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MADISON, Wi. – Parents have enough to worry about when it
comes to their kids without thinking about stolen social security numbers and
out of control credit scores.



 



The Department of Agriculture, Trade, and Consumer
Protection (DATCP) hasn’t heard any reports in Wisconsin, and the organization
wants to keep it that way.



 



“It typically isn't caught for many years, and by that
time, a lot of damage can be done,” trade and consumer protection administrator
Sandy Chalmers said.



 



Chalmers said not only do these thefts go undetected for
years, but the criminals know they are stealing an identity without a
pre-existing credit report.  That makes
it easier to fraudulently open credit accounts, start a mortgage, take out
loans, file a tax return, or even apply for a job under that social security
number.



 



“We've heard reports of children, a nine-year-old child,
who has a home in foreclosure without even knowing about it,” Chalmers said.



 



Chalmers said unfortunately, families don’t usually find
out until their tots become teens.



 



“What may happen is a child is going to file their taxes
for the first time when they get a first job at age sixteen and find that a tax
return has already been filed using their social security number,” Chalmers
said.  “Or they try to get a credit card
to establish a credit history, and they're turned down because they have
delinquent files on their credit history.”



 



Seeing the nationwide trends, Chalmers said a new law
makes Wisconsin one of the few states where parents can prevent this kind of
crime instead of reacting to a bad situation involving their children.



 



Chalmers said for $10, parents can create a credit report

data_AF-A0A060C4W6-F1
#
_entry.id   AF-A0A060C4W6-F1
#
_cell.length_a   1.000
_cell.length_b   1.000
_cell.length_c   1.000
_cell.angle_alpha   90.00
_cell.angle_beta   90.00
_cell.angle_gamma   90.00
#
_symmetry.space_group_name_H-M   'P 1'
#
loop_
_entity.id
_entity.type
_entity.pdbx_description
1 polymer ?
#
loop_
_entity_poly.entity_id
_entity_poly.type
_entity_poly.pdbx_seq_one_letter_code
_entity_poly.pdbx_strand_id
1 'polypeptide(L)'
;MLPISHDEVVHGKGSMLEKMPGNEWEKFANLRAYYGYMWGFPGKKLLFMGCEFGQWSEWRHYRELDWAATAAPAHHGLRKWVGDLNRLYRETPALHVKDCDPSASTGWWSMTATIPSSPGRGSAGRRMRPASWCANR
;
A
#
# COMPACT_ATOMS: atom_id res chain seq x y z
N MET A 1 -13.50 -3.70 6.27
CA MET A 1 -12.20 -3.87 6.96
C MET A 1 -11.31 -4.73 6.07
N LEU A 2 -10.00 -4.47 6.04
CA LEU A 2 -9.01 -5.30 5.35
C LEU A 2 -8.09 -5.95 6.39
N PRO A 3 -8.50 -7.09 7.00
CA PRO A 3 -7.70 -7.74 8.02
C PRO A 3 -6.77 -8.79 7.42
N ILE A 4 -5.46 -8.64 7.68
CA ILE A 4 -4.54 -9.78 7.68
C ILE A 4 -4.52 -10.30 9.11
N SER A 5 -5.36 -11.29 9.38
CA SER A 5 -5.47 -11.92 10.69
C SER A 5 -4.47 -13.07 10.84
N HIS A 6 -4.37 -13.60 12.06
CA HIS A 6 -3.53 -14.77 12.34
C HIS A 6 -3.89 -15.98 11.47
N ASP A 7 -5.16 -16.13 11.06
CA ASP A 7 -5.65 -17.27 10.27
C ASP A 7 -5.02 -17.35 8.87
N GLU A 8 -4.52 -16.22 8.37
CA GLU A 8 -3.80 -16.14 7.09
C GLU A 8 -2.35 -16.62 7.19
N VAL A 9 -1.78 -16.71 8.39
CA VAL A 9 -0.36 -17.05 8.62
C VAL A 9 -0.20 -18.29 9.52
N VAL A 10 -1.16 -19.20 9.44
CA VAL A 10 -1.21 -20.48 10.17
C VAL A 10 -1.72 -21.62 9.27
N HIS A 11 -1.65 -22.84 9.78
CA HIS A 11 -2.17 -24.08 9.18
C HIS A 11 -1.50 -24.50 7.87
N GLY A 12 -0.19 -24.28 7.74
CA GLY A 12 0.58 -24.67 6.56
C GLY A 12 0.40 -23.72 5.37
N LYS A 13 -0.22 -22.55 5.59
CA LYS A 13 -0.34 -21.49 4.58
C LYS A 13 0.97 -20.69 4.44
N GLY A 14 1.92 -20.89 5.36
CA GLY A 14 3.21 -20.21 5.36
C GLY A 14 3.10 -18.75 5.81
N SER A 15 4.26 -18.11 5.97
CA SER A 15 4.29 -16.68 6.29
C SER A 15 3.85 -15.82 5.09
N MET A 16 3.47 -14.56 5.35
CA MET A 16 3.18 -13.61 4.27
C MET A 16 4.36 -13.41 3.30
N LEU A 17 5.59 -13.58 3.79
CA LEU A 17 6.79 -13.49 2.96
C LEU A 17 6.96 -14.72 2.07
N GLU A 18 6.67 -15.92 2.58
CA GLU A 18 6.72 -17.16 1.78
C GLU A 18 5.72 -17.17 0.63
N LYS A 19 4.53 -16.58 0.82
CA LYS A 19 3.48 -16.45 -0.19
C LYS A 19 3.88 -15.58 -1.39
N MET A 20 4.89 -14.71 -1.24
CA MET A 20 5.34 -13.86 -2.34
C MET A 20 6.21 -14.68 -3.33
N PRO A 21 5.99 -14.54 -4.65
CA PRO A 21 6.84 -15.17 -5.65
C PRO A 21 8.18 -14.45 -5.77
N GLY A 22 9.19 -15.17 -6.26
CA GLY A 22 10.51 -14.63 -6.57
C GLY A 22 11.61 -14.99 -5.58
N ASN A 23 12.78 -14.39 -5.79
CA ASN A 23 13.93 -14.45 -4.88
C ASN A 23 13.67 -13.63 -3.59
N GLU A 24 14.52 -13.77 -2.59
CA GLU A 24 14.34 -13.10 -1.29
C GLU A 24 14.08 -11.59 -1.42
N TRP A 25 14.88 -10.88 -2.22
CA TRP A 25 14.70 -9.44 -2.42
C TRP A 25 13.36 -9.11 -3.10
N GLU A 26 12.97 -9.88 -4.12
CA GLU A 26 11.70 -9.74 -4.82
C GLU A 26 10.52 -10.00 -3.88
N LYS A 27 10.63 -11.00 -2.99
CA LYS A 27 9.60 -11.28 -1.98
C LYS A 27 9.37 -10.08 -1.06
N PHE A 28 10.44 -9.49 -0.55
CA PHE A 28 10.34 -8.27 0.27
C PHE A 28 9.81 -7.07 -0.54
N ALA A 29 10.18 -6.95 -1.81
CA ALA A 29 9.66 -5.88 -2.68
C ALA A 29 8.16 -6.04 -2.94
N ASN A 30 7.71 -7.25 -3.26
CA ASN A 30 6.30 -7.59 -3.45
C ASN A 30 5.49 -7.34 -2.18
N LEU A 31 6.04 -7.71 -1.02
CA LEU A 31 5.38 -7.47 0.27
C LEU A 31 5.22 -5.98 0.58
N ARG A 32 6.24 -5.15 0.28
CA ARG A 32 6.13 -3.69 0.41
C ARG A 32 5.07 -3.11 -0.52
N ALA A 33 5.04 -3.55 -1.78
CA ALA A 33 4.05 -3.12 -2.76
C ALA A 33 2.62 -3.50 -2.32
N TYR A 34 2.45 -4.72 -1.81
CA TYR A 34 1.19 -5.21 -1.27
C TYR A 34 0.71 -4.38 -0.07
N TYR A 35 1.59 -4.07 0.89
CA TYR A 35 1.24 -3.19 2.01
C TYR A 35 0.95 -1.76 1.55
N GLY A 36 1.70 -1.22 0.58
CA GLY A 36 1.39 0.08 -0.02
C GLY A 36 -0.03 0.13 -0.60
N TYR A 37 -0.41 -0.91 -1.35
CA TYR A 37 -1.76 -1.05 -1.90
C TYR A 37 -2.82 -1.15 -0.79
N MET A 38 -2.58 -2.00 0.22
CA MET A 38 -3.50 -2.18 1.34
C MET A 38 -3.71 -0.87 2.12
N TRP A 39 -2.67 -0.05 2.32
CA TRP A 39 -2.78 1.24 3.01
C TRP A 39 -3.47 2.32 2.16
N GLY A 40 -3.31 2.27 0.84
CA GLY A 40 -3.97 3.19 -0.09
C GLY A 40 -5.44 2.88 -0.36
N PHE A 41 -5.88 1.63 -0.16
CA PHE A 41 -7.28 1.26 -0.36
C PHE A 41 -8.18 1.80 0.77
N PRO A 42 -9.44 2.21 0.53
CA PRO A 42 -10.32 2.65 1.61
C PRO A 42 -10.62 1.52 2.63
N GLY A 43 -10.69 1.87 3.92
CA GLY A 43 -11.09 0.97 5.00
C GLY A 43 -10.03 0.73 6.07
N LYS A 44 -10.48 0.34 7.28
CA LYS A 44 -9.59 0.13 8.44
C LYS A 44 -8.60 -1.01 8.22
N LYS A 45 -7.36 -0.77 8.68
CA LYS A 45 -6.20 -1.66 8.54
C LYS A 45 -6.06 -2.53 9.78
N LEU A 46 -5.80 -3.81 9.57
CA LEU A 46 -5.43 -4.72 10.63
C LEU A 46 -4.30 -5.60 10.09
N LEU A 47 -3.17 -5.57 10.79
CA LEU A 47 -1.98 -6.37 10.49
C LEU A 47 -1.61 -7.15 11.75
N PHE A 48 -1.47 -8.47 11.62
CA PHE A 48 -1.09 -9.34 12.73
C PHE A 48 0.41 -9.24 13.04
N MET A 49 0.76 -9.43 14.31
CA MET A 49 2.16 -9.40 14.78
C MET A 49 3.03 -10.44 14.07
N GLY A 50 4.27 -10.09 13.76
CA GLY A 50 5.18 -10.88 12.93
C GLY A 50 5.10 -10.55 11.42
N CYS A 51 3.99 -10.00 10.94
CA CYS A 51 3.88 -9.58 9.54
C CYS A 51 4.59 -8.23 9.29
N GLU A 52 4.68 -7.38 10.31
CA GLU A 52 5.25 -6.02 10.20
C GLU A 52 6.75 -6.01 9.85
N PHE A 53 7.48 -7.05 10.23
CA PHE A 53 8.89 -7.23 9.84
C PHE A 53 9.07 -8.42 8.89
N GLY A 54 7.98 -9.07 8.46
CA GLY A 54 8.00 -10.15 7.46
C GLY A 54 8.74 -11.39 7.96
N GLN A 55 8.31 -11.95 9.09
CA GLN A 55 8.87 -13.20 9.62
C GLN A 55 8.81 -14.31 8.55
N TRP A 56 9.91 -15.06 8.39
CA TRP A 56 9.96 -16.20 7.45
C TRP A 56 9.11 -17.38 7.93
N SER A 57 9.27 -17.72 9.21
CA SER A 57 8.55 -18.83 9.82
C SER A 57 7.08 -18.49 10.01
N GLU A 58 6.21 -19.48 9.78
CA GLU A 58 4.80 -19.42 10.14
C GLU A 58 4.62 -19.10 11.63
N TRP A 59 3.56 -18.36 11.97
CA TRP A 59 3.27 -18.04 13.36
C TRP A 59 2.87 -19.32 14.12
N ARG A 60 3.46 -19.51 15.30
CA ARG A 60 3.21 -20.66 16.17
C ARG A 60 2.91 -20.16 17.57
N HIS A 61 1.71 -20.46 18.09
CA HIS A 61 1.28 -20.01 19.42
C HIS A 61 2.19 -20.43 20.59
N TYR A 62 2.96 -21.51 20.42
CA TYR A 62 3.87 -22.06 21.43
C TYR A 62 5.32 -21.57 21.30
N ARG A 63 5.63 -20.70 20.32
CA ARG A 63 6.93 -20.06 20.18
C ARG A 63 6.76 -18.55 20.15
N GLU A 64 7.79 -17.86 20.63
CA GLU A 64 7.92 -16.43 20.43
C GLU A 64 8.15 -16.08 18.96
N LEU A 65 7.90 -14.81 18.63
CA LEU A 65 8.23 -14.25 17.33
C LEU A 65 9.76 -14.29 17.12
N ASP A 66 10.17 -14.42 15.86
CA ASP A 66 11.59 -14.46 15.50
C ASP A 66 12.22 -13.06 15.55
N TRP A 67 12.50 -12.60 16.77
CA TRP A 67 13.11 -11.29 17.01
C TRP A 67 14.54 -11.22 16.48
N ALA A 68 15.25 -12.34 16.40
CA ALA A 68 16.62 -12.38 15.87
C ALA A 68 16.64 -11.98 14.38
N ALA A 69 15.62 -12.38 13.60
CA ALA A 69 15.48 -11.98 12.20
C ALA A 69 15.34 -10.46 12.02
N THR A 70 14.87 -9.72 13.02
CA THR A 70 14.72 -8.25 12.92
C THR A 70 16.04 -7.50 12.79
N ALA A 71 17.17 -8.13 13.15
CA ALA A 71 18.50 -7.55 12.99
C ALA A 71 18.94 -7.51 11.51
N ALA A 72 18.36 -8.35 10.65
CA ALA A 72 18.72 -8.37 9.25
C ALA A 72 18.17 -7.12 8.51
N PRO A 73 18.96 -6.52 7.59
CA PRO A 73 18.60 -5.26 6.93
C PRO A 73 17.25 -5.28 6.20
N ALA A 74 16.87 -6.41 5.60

for their child through any of the major credit bureaus, and freeze that report
until their son or daughter is ready to build up a score.



 



“It's so important that they understand that there's
something proactive that they can do here,” Chalmers explained, “and they have
a right under Wisconsin law, that not many other parents have in other states
in the country.”



 



Chalmers said parents should seriously consider putting a
freeze on their children’s credit report. 
She also said families should ask questions before willingly giving out
their child’s social security number and monitor a kid’s social media use for
any personal information on the internet.



 



To freeze your child’s credit report, access instructions
from Equifax at
https://help.equifax.com/app/answers/detail/a_id/779,
from Experian at
https://www.experian.com/consumer/help/states/wi.html,
or from TransUnion at
http://www.transunion.com/personal-credit/credit-disputes/ProtectedConsumers.page.



 




Law passed to protect children's credit Thursday, March 20 2014, 09:49 PM CDT

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